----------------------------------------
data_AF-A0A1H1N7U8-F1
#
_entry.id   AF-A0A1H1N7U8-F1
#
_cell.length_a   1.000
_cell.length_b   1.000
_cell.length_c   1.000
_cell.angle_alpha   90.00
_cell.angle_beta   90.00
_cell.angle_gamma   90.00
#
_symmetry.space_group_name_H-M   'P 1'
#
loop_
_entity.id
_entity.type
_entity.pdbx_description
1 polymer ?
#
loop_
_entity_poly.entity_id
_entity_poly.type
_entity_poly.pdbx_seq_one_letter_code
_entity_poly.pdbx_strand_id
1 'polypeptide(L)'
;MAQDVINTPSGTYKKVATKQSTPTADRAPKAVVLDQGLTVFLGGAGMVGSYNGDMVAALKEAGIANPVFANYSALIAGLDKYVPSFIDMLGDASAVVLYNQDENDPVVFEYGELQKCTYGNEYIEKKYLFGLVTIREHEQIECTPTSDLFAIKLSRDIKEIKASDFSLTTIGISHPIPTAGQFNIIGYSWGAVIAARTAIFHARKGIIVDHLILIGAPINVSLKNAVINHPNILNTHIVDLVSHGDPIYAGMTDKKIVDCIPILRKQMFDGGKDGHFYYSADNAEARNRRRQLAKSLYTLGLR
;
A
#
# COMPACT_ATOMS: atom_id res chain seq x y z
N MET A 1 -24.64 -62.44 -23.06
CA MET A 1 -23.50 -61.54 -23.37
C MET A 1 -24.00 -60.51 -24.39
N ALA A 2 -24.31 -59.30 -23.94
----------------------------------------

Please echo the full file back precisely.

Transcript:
data_AF-A0A1H1N7U8-F1
#
_entry.id   AF-A0A1H1N7U8-F1
#
_cell.length_a   1.000
_cell.length_b   1.000
_cell.length_c   1.000
_cell.angle_alpha   90.00
_cell.angle_beta   90.00
_cell.angle_gamma   90.00
#
_symmetry.space_group_name_H-M   'P 1'
#
loop_
_entity.id
_entity.type
_entity.pdbx_description
1 polymer ?
#
loop_
_entity_poly.entity_id
_entity_poly.type
_entity_poly.pdbx_seq_one_letter_code
_entity_poly.pdbx_strand_id
1 'polypeptide(L)'
;MAQDVINTPSGTYKKVATKQSTPTADRAPKAVVLDQGLTVFLGGAGMVGSYNGDMVAALKEAGIANPVFANYSALIAGLDKYVPSFIDMLGDASAVVLYNQDENDPVVFEYGELQKCTYGNEYIEKKYLFGLVTIREHEQIECTPTSDLFAIKLSRDIKEIKASDFSLTTIGISHPIPTAGQFNIIGYSWGAVIAARTAIFHARKGIIVDHLILIGAPINVSLKNAVINHPNILNTHIVDLVSHGDPIYAGMTDKKIVDCIPILRKQMFDGGKDGHFYYSADNAEARNRRRQLAKSLYTLGLR
;
A
#
# COMPACT_ATOMS: atom_id res chain seq x y z
N MET A 1 -24.64 -62.44 -23.06
CA MET A 1 -23.50 -61.54 -23.37
C MET A 1 -24.00 -60.51 -24.39
N ALA A 2 -24.31 -59.30 -23.94